)Today was the 16th anniversary of the death of Yitzchak Rabin. While the observances today were much quieter than they have been in the past (another issue for another post), Evelyn Gordon used the occasion to refute the mantra that Israelis have moved to the Right since Rabin’s death. Comparing Rabin’sfinal Knesset speech(which the Left systematically ignores – it has never been included in the package of materials given to journalists to mark Rabin’s death) to today’s seeming Israeli consensus, Gordon argues convincingly thatIsrael has moved dramatically to the Left.
For instance, Rabin envisioned a final-status solution in which Israel lived alongside a Palestinian “entity which is less than a state.” Today, even the “right-wing” Prime Minister Benjamin Netanyahu openly advocates a Palestinian state.
Rabin envisioned “united Jerusalem, which will include both Ma’ale Adumim and Givat Ze’ev [two nearby settlements],” as “the capital of Israel, under Israeli sovereignty.” Since then, two Israeli prime ministers have offered to give the Palestinians East Jerusalem, including the Temple Mount and most of the Old City.
Rabin declared that Israel’s “security border … will be located in the Jordan Valley, in the broadest meaning of that term.” Since then, two Israeli premiers have offered to give the Palestinians almost all the West Bank, including the Jordan Valley; even the “right-wing” Netanyahu reportedlyagreed to negotiateborders based on the 1967 lines.
Rabin listed Gaza’s Gush Katif as one of the settlement blocs Israel would retain. Since then, Israel has withdrawn from every inch of Gaza.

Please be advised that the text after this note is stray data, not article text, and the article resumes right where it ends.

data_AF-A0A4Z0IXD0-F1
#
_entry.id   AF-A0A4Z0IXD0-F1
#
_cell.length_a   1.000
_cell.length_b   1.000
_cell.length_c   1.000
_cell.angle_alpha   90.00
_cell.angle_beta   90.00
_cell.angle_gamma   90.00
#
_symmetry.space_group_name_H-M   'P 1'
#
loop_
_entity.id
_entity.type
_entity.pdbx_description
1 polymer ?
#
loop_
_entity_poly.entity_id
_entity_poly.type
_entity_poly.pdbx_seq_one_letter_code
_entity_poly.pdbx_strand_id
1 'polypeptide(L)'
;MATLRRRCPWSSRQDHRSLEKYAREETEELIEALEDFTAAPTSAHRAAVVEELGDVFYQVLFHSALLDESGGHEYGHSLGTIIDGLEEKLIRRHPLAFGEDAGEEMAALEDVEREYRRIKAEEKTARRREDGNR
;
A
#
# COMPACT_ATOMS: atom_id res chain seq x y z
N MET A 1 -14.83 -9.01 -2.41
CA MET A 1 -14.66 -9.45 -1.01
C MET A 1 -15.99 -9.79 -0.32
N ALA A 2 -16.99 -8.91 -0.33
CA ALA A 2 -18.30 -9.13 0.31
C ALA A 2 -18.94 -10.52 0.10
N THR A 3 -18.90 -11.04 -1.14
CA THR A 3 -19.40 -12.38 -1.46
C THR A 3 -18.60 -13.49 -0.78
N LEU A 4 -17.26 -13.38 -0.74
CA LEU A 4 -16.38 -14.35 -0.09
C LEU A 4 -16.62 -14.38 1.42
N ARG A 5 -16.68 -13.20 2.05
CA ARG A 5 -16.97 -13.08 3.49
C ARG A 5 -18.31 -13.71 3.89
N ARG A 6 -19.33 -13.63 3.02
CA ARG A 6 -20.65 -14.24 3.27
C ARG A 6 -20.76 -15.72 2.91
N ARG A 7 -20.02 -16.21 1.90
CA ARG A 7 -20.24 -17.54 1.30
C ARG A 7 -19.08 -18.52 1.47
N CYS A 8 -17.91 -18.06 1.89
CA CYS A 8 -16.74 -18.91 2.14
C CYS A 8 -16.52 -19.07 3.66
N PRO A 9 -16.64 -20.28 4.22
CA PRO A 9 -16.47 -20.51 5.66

Rabin pledged “not to uproot a single settlement in the framework of the interim agreement, and not to hinder building for natural growth.” Since then, Israel
has uprooted 25 settlements (21 in Gaza and four in the West Bank) without a final-status agreement, while the “right-wing” Netanyahu instituted Israel’s first-ever moratorium on settlement construction (for 10 months), including “building for natural growth.”
Read the whole thing.
Rick Richman looks at the flip side of the equation and finds thatthe ‘Palestinians’ are more intransigent than ever.
What about the Palestinians? In the last 11 years — after they rejected the Clinton parameters that would have given them a state on 97 percent of the West Bank and Gaza with a capital in Jerusalem and a “right of return” to the new Palestinian state — they have not moved at all.
In a July 2000polltaken by the Palestinian Center for Policy & Survey Research (PCPSR), large majorities opposed Israeli retention of even the Western Wall and Jewish Quarter in Jerusalem, or security arrangements prohibiting a Palestinian air force or heavy weapons systems. A total of 87 percent opposed adopting a school curriculum in the Palestinian state that would “recognize Israel and teach school children not to demand return of all Palestine to the Palestinians.” Flash forward a decade: a December 2010 PCPSRpollshowed a lopsided majority (58-40) opposed to what “everyone knows” is the solution: a Palestinian state on roughly the 1967 lines, with land swaps for the major Israeli settlement blocs, a shared Jerusalem, international compensation for Palestinian refugees, and a “right of return” to the new Palestinian state.
I suppose that there are those who will argue that President Obama’s pressure on Prime Minister Netanyahu was worthwhile. After all, it has yielded Netanyahu’s acceptance of a ‘Palestinian state,’ Netanyahu’s alleged agreement to negotiate based on the ‘1967 borders’ and a 10-month ‘settlement freeze.’ One is left to wonder what similar pressure on the ‘Palestinians’ might have yielded.